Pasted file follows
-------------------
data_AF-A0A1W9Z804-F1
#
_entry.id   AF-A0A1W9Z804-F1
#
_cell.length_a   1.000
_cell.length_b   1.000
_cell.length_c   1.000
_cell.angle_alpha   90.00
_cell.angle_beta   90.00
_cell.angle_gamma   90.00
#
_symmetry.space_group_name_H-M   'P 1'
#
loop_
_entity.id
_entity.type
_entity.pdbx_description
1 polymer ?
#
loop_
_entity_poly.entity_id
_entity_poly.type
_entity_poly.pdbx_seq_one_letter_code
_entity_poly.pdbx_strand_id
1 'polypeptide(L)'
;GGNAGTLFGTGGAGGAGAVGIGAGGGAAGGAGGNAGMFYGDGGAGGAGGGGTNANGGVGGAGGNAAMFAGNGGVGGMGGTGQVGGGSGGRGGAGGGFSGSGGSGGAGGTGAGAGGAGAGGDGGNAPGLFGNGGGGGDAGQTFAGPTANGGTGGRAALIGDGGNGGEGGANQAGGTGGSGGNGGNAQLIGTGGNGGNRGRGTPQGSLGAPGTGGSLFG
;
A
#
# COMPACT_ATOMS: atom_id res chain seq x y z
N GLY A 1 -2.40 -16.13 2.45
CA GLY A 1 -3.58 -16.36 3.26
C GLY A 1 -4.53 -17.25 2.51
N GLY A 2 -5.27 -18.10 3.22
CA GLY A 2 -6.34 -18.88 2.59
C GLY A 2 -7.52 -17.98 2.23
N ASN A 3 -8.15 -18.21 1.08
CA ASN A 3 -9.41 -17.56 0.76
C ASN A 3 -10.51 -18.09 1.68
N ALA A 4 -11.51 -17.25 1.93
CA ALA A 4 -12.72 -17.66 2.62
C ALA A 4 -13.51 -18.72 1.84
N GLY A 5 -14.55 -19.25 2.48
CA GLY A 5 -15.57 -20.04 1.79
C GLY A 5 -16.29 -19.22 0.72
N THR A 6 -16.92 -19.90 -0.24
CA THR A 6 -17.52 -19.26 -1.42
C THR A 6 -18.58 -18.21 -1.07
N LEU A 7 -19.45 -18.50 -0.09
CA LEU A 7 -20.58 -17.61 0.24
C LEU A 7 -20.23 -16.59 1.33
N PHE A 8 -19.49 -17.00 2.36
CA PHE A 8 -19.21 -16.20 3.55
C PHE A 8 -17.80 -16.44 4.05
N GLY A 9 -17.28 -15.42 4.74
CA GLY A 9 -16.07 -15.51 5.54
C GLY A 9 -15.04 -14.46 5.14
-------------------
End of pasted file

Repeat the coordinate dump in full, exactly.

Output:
data_AF-A0A1W9Z804-F1
#
_entry.id   AF-A0A1W9Z804-F1
#
_cell.length_a   1.000
_cell.length_b   1.000
_cell.length_c   1.000
_cell.angle_alpha   90.00
_cell.angle_beta   90.00
_cell.angle_gamma   90.00
#
_symmetry.space_group_name_H-M   'P 1'
#
loop_
_entity.id
_entity.type
_entity.pdbx_description
1 polymer ?
#
loop_
_entity_poly.entity_id
_entity_poly.type
_entity_poly.pdbx_seq_one_letter_code
_entity_poly.pdbx_strand_id
1 'polypeptide(L)'
;GGNAGTLFGTGGAGGAGAVGIGAGGGAAGGAGGNAGMFYGDGGAGGAGGGGTNANGGVGGAGGNAAMFAGNGGVGGMGGTGQVGGGSGGRGGAGGGFSGSGGSGGAGGTGAGAGGAGAGGDGGNAPGLFGNGGGGGDAGQTFAGPTANGGTGGRAALIGDGGNGGEGGANQAGGTGGSGGNGGNAQLIGTGGNGGNRGRGTPQGSLGAPGTGGSLFG
;
A
#
# COMPACT_ATOMS: atom_id res chain seq x y z
N GLY A 1 -2.40 -16.13 2.45
CA GLY A 1 -3.58 -16.36 3.26
C GLY A 1 -4.53 -17.25 2.51
N GLY A 2 -5.27 -18.10 3.22
CA GLY A 2 -6.34 -18.88 2.59
C GLY A 2 -7.52 -17.98 2.23
N ASN A 3 -8.15 -18.21 1.08
CA ASN A 3 -9.41 -17.56 0.76
C ASN A 3 -10.51 -18.09 1.68
N ALA A 4 -11.51 -17.25 1.93
CA ALA A 4 -12.72 -17.66 2.62
C ALA A 4 -13.51 -18.72 1.84
N GLY A 5 -14.55 -19.25 2.48
CA GLY A 5 -15.57 -20.04 1.79
C GLY A 5 -16.29 -19.22 0.72
N THR A 6 -16.92 -19.90 -0.24
CA THR A 6 -17.52 -19.26 -1.42
C THR A 6 -18.58 -18.21 -1.07
N LEU A 7 -19.45 -18.50 -0.09
CA LEU A 7 -20.58 -17.61 0.24
C LEU A 7 -20.23 -16.59 1.33
N PHE A 8 -19.49 -17.00 2.36
CA PHE A 8 -19.21 -16.20 3.55
C PHE A 8 -17.80 -16.44 4.05
N GLY A 9 -17.28 -15.42 4.74
CA GLY A 9 -16.07 -15.51 5.54
C GLY A 9 -15.04 -14.46 5.14